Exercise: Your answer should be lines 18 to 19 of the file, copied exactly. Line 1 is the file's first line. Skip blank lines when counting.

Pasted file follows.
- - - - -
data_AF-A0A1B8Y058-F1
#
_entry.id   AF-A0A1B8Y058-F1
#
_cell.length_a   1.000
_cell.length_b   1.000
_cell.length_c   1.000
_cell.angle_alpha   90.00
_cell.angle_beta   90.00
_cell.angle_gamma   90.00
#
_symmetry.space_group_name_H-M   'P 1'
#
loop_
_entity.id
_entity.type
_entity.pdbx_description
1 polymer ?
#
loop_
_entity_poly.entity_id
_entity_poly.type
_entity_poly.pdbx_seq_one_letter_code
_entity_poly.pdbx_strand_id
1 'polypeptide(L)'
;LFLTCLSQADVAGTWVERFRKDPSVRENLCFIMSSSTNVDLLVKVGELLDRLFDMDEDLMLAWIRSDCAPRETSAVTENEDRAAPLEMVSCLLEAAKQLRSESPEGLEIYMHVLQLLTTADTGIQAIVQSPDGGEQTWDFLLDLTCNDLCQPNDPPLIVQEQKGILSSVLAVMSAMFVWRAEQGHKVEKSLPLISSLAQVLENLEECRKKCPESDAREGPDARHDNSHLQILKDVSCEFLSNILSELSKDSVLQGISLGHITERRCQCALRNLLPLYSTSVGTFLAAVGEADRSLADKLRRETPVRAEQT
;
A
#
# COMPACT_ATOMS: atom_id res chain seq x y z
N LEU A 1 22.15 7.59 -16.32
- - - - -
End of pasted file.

1 polymer ?
#